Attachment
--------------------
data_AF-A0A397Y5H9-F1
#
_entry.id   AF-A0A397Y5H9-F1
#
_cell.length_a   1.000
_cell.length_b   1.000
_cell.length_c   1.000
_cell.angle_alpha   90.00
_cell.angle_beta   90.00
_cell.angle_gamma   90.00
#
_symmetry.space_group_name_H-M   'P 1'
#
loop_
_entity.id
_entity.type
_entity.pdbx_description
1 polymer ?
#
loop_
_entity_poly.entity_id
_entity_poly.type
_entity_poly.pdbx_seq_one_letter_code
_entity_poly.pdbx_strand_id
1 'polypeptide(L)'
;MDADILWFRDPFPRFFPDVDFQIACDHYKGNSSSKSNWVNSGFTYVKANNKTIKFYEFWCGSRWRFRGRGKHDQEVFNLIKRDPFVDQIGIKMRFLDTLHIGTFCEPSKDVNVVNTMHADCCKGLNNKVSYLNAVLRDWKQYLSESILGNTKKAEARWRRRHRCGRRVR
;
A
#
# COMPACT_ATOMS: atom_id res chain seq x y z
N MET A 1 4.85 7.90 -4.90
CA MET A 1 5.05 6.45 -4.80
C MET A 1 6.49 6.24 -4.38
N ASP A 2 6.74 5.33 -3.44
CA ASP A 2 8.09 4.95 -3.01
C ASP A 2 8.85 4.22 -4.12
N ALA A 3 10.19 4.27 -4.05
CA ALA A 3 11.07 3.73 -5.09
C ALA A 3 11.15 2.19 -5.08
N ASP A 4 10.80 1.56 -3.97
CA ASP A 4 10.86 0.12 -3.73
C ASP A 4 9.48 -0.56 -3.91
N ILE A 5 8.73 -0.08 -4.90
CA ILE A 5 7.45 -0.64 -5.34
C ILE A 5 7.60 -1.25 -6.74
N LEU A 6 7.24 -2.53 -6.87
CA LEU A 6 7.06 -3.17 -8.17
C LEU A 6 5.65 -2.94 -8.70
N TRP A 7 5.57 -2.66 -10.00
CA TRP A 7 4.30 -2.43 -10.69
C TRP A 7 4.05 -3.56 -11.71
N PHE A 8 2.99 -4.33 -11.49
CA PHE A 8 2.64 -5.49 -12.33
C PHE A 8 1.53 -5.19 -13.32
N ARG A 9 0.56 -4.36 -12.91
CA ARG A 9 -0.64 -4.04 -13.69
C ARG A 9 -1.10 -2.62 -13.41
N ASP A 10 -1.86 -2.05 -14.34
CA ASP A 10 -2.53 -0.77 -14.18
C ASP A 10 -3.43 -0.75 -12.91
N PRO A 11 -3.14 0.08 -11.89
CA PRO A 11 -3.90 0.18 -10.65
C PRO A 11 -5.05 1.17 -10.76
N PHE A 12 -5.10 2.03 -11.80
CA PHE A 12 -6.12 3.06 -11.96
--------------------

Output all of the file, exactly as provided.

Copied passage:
data_AF-A0A397Y5H9-F1
#
_entry.id   AF-A0A397Y5H9-F1
#
_cell.length_a   1.000
_cell.length_b   1.000
_cell.length_c   1.000
_cell.angle_alpha   90.00
_cell.angle_beta   90.00
_cell.angle_gamma   90.00
#
_symmetry.space_group_name_H-M   'P 1'
#
loop_
_entity.id
_entity.type
_entity.pdbx_description
1 polymer ?
#
loop_
_entity_poly.entity_id
_entity_poly.type
_entity_poly.pdbx_seq_one_letter_code
_entity_poly.pdbx_strand_id
1 'polypeptide(L)'
;MDADILWFRDPFPRFFPDVDFQIACDHYKGNSSSKSNWVNSGFTYVKANNKTIKFYEFWCGSRWRFRGRGKHDQEVFNLIKRDPFVDQIGIKMRFLDTLHIGTFCEPSKDVNVVNTMHADCCKGLNNKVSYLNAVLRDWKQYLSESILGNTKKAEARWRRRHRCGRRVR
;
A
#
# COMPACT_ATOMS: atom_id res chain seq x y z
N MET A 1 4.85 7.90 -4.90
CA MET A 1 5.05 6.45 -4.80
C MET A 1 6.49 6.24 -4.38
N ASP A 2 6.74 5.33 -3.44
CA ASP A 2 8.09 4.95 -3.01
C ASP A 2 8.85 4.22 -4.12
N ALA A 3 10.19 4.27 -4.05
CA ALA A 3 11.07 3.73 -5.09
C ALA A 3 11.15 2.19 -5.08
N ASP A 4 10.80 1.56 -3.97
CA ASP A 4 10.86 0.12 -3.73
C ASP A 4 9.48 -0.56 -3.91
N ILE A 5 8.73 -0.08 -4.90
CA ILE A 5 7.45 -0.64 -5.34
C ILE A 5 7.60 -1.25 -6.74
N LEU A 6 7.24 -2.53 -6.87
CA LEU A 6 7.06 -3.17 -8.17
C LEU A 6 5.65 -2.94 -8.70
N TRP A 7 5.57 -2.66 -10.00
CA TRP A 7 4.30 -2.43 -10.69
C TRP A 7 4.05 -3.56 -11.71
N PHE A 8 2.99 -4.33 -11.49
CA PHE A 8 2.64 -5.49 -12.33
C PHE A 8 1.53 -5.19 -13.32
N ARG A 9 0.56 -4.36 -12.91
CA ARG A 9 -0.64 -4.04 -13.69
C ARG A 9 -1.10 -2.62 -13.41
N ASP A 10 -1.86 -2.05 -14.34
CA ASP A 10 -2.53 -0.77 -14.18
C ASP A 10 -3.43 -0.75 -12.91
N PRO A 11 -3.14 0.08 -11.89
CA PRO A 11 -3.90 0.18 -10.65
C PRO A 11 -5.05 1.17 -10.76
N PHE A 12 -5.10 2.03 -11.80
CA PHE A 12 -6.12 3.06 -11.96